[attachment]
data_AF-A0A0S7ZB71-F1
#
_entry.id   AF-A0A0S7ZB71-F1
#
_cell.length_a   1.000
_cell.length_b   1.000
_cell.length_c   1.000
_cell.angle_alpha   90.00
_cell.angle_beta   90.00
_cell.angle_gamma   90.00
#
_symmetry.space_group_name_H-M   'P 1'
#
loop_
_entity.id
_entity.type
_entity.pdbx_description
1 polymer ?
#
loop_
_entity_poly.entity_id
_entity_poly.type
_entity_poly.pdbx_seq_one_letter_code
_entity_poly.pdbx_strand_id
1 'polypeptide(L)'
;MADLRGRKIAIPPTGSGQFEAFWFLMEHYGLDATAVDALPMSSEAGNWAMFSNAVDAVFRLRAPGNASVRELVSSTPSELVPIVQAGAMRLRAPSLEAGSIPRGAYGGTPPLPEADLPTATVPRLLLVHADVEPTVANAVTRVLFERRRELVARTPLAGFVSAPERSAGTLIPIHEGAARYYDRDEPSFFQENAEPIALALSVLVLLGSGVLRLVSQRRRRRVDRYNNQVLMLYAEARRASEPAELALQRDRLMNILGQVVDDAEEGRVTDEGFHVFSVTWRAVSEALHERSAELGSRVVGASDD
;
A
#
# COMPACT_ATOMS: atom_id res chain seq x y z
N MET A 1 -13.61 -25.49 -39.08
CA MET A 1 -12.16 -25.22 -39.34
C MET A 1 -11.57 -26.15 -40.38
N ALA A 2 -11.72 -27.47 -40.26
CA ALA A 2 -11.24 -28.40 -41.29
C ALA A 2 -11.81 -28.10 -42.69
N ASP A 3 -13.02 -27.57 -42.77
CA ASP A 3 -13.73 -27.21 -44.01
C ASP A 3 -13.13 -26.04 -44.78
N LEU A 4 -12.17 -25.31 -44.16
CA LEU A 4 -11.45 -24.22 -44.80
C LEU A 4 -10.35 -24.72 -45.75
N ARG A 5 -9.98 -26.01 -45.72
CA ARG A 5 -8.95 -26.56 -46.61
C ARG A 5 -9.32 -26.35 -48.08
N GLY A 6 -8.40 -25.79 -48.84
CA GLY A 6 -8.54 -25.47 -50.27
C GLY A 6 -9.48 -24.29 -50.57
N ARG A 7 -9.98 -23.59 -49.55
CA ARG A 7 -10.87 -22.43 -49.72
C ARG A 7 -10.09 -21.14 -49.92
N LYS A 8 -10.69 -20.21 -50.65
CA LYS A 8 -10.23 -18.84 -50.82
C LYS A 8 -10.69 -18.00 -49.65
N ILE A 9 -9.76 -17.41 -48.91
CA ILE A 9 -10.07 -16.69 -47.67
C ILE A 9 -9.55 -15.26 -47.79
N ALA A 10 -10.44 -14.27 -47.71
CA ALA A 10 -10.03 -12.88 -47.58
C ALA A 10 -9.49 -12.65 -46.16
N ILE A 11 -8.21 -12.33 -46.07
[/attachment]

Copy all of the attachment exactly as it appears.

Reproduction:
data_AF-A0A0S7ZB71-F1
#
_entry.id   AF-A0A0S7ZB71-F1
#
_cell.length_a   1.000
_cell.length_b   1.000
_cell.length_c   1.000
_cell.angle_alpha   90.00
_cell.angle_beta   90.00
_cell.angle_gamma   90.00
#
_symmetry.space_group_name_H-M   'P 1'
#
loop_
_entity.id
_entity.type
_entity.pdbx_description
1 polymer ?
#
loop_
_entity_poly.entity_id
_entity_poly.type
_entity_poly.pdbx_seq_one_letter_code
_entity_poly.pdbx_strand_id
1 'polypeptide(L)'
;MADLRGRKIAIPPTGSGQFEAFWFLMEHYGLDATAVDALPMSSEAGNWAMFSNAVDAVFRLRAPGNASVRELVSSTPSELVPIVQAGAMRLRAPSLEAGSIPRGAYGGTPPLPEADLPTATVPRLLLVHADVEPTVANAVTRVLFERRRELVARTPLAGFVSAPERSAGTLIPIHEGAARYYDRDEPSFFQENAEPIALALSVLVLLGSGVLRLVSQRRRRRVDRYNNQVLMLYAEARRASEPAELALQRDRLMNILGQVVDDAEEGRVTDEGFHVFSVTWRAVSEALHERSAELGSRVVGASDD
;
A
#
# COMPACT_ATOMS: atom_id res chain seq x y z
N MET A 1 -13.61 -25.49 -39.08
CA MET A 1 -12.16 -25.22 -39.34
C MET A 1 -11.57 -26.15 -40.38
N ALA A 2 -11.72 -27.47 -40.26
CA ALA A 2 -11.24 -28.40 -41.29
C ALA A 2 -11.81 -28.10 -42.69
N ASP A 3 -13.02 -27.57 -42.77
CA ASP A 3 -13.73 -27.21 -44.01
C ASP A 3 -13.13 -26.04 -44.78
N LEU A 4 -12.17 -25.31 -44.16
CA LEU A 4 -11.45 -24.22 -44.80
C LEU A 4 -10.35 -24.72 -45.75
N ARG A 5 -9.98 -26.01 -45.72
CA ARG A 5 -8.95 -26.56 -46.61
C ARG A 5 -9.32 -26.35 -48.08
N GLY A 6 -8.40 -25.79 -48.84
CA GLY A 6 -8.54 -25.47 -50.27
C GLY A 6 -9.48 -24.29 -50.57
N ARG A 7 -9.98 -23.59 -49.55
CA ARG A 7 -10.87 -22.43 -49.72
C ARG A 7 -10.09 -21.14 -49.92
N LYS A 8 -10.69 -20.21 -50.65
CA LYS A 8 -10.23 -18.84 -50.82
C LYS A 8 -10.69 -18.00 -49.65
N ILE A 9 -9.76 -17.41 -48.91
CA ILE A 9 -10.07 -16.69 -47.67
C ILE A 9 -9.55 -15.26 -47.79
N ALA A 10 -10.44 -14.27 -47.71
CA ALA A 10 -10.03 -12.88 -47.58
C ALA A 10 -9.49 -12.65 -46.16
N ILE A 11 -8.21 -12.33 -46.07